Gold Nears Breakout As Goldman Upgrades Precious Metal On "Debasement Fears"

Spot gold prices are rallying this morning, as the dollar dives, pushing to within a tick or two of May's highs...

A breakout from here would take the price of the barbarous relic to 2012 levels and quickly beyond...

Until the last few days, gold has struggled to find a direction since rebounding in late March on the back of the Fed's "QE" announcement as it remains torn between a large negative "Wealth" shock to EM consumers and CB demand and a surge in "Fear"-driven DM investment demand.

However, as Goldman argues in their latest Commodities Research note, gold investment demand tends to grow into the early stage of the economic recovery, driven by continued debasement concerns and lower real rates. Simultaneously they see a material comeback from EM consumer demand boosted by easing of lockdowns and a weaker dollar.

As Goldman writes:

Looking at previous recessions, we note that economic policy uncertainty tends to jump after recessions and remains high for several years (see Exhibit 3).  In 2020, the virus has led to unprecedented fiscal and monetary stimulus. It remains unclear how much more stimulus will be deployed by DM governments, how the resulting deficits will translate into higher taxes down the road, and how long monetary policy will remain ultra-loose. Finally, it is unclear whether the crisis leads to second round shocks, such as social unrest, political volatility, or rising international tensions. In such an environment, demand for defensive assets (gold in particular) will continue to expand, in our view.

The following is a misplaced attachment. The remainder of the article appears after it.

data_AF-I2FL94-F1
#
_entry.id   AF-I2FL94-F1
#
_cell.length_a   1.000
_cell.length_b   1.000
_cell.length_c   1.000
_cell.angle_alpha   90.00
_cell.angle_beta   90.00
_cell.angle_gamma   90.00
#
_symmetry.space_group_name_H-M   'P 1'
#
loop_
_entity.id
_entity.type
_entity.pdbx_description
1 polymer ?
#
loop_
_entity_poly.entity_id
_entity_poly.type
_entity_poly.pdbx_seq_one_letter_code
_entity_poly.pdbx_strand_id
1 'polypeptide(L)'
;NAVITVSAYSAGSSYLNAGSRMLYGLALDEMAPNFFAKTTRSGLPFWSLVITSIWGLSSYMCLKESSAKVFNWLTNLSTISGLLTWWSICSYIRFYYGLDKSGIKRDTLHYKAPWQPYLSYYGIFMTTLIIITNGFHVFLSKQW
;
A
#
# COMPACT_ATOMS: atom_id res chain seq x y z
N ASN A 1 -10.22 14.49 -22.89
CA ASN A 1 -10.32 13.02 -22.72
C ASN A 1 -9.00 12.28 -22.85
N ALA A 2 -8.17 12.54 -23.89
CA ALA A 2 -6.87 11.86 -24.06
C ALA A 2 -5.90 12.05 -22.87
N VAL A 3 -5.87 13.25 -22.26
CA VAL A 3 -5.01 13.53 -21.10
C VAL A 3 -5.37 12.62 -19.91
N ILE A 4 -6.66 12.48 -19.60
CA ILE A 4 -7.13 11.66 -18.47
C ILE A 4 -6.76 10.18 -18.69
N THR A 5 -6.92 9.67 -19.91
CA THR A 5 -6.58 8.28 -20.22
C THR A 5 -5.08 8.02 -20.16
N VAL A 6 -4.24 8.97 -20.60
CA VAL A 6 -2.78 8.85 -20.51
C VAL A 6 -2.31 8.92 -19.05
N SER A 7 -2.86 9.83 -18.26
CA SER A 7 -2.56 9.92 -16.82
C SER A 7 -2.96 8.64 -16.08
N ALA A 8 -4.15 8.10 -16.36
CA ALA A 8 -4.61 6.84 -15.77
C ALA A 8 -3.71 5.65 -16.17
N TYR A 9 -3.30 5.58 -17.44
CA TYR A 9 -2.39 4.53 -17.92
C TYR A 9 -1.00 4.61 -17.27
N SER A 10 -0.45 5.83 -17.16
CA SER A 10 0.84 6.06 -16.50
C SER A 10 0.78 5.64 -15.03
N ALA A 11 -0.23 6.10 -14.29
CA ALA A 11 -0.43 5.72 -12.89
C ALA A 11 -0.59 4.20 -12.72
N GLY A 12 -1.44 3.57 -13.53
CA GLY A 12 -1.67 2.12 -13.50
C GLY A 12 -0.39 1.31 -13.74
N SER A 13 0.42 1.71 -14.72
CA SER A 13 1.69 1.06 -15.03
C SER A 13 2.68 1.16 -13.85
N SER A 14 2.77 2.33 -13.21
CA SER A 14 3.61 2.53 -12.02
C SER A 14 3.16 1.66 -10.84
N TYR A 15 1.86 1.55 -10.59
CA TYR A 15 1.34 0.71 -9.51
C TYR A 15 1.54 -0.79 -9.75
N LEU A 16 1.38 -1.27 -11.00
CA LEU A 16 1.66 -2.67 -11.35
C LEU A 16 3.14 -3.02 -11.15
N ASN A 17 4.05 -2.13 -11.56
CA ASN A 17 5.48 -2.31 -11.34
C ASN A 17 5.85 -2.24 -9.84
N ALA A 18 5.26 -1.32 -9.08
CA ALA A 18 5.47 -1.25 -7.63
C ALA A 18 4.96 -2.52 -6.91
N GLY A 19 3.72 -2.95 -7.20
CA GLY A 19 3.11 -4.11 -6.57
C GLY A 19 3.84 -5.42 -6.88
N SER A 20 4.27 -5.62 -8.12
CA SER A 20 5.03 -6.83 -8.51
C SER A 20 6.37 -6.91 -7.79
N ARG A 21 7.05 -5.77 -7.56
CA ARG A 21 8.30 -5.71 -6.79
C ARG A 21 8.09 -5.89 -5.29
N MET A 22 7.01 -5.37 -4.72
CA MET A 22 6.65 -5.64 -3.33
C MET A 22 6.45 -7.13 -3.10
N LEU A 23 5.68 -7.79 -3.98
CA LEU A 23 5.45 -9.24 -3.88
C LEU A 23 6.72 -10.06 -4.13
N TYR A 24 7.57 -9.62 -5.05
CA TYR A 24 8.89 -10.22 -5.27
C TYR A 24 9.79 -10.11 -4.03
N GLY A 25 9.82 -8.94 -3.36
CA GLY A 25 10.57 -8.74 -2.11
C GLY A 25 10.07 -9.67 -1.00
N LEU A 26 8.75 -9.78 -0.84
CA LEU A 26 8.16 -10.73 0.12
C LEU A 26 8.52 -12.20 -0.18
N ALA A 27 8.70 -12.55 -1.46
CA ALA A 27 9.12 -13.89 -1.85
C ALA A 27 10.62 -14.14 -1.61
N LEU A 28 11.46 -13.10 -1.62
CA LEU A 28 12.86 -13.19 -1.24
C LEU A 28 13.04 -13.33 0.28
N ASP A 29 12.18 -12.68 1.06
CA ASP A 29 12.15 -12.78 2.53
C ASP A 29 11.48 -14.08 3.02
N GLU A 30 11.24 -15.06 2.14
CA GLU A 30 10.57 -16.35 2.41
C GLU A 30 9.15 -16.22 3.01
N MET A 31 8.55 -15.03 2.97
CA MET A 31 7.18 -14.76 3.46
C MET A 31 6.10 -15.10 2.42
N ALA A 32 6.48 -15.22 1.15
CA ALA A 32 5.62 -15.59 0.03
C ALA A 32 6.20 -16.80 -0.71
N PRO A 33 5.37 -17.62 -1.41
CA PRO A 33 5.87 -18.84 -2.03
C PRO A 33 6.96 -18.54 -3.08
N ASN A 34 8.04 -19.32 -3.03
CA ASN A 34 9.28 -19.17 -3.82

Policy uncertainty aside, we believe that debasement fears remain the key driver of gold prices in a post-crisis environment such as this. Faced with both an unprecedented shock and an unprecedented policy response, it remains unclear how inflationary the economic recovery will be.

Furthermore, current social unrest increases the uncertainty over how much inflation policymakers will tolerate, and for how long. Although high inflation didn’t follow the 2008 crisis, there are a number of notable differences in today’s economy that may make this time different. Specifically, a much larger fiscal and monetary stimulus, better household balance sheets going into the crisis, no tightening in bank regulation/credit standards and less political will for austerity policies all point to greater inflationary pressure than in 2008.

Specifically, Goldman see gold prices as following a similar path today as they did in 2008-2013:

During the GFC crisis gold had an initial jump as nominal rates fell and QE started in November 2008. It then remained stuck in a range through the first half of 2009 as the policy effect took hold. During these periods there were brief corrections sparked by risk-on mini-rotations out of defensive assets but overall gold price remained directionless for about 6 months. The market finally broke out higher in October 2009 in line with a decline in real rates as inflation rose while policy remained loose.